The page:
Changing perceptions of womanhood: living with Parkinson’s disease

Valerie Flemming, Debbie Tolson, Elgin Schartau

Research output: Contribution to journalArticlepeer-review

25 Citations (Scopus)


This study adopted a multiple case study design to develop our understanding of the experiences and adjustments made by women with Parkinson Disease in relation to womanhood. Nineteen women participated in this investigation telling their stories through a combination of individual interviews, group interviews, reflective diaries, reflective tapes and creative writing. Data were analysed using the framework of Intrapersonal, Interpersonal, Extrapersonal and Metapersonal health proposed by Boddy and Rice (Perspectives on Health and Illness, Dunsmore Press, Palmerston North, 1992). Women reported that major changes were required in their lives in each of these aspects of health. In particular women reported labile emotions, changing body images, changing lifestyles, changing relationships with partner, family and friends, increasing dependence, decreasing role fulfillment and the need for support versus increasing isolation. The findings are of particular relevance to nurses and other health professionals involved with women with Parkinson's Disease as well as social services and voluntary agencies.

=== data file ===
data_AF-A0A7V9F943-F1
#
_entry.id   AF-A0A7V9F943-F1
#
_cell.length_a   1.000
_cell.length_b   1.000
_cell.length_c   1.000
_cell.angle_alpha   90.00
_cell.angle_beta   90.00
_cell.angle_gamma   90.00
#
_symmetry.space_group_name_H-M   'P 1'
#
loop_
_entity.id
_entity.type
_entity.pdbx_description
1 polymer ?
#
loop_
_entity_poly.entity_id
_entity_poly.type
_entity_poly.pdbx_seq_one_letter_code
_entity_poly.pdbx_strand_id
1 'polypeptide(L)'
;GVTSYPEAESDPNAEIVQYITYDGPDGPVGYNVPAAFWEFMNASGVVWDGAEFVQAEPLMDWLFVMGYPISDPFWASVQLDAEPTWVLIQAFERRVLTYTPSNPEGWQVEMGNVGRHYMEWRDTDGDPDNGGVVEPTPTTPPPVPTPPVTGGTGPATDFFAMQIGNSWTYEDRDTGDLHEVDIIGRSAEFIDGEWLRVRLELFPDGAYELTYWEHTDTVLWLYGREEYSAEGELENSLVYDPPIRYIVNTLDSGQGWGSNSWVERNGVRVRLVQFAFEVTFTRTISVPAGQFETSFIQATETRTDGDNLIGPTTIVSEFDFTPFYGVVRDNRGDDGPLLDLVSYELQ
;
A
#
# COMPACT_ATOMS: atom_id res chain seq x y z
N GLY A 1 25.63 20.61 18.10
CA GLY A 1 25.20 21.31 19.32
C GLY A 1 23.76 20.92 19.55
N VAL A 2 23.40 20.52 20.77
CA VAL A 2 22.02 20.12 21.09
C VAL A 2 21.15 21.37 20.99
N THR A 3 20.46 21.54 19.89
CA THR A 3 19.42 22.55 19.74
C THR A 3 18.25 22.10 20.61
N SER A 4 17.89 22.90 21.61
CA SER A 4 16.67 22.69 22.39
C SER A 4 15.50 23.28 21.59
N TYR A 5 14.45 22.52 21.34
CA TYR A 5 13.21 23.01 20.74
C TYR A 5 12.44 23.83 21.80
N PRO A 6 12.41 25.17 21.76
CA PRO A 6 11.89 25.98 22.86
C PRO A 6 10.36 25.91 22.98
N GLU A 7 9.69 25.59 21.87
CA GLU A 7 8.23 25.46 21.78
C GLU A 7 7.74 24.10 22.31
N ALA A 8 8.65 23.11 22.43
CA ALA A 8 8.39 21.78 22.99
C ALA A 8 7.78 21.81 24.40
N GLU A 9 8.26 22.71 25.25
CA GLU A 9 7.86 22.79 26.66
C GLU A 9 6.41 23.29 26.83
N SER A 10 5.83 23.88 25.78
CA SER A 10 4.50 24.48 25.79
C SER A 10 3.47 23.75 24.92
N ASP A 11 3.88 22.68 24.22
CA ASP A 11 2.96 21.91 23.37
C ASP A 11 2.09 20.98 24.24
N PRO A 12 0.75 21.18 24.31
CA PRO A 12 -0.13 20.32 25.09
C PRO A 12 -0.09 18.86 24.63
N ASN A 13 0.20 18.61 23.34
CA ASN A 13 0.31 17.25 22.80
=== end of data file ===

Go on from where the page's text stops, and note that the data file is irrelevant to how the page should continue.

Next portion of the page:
Original languageEnglish
JournalInternational Journal of Nursing Studies
Publication statusPublished - 1 Feb 2004


  • body image
  • Parkinson's disease
  • women


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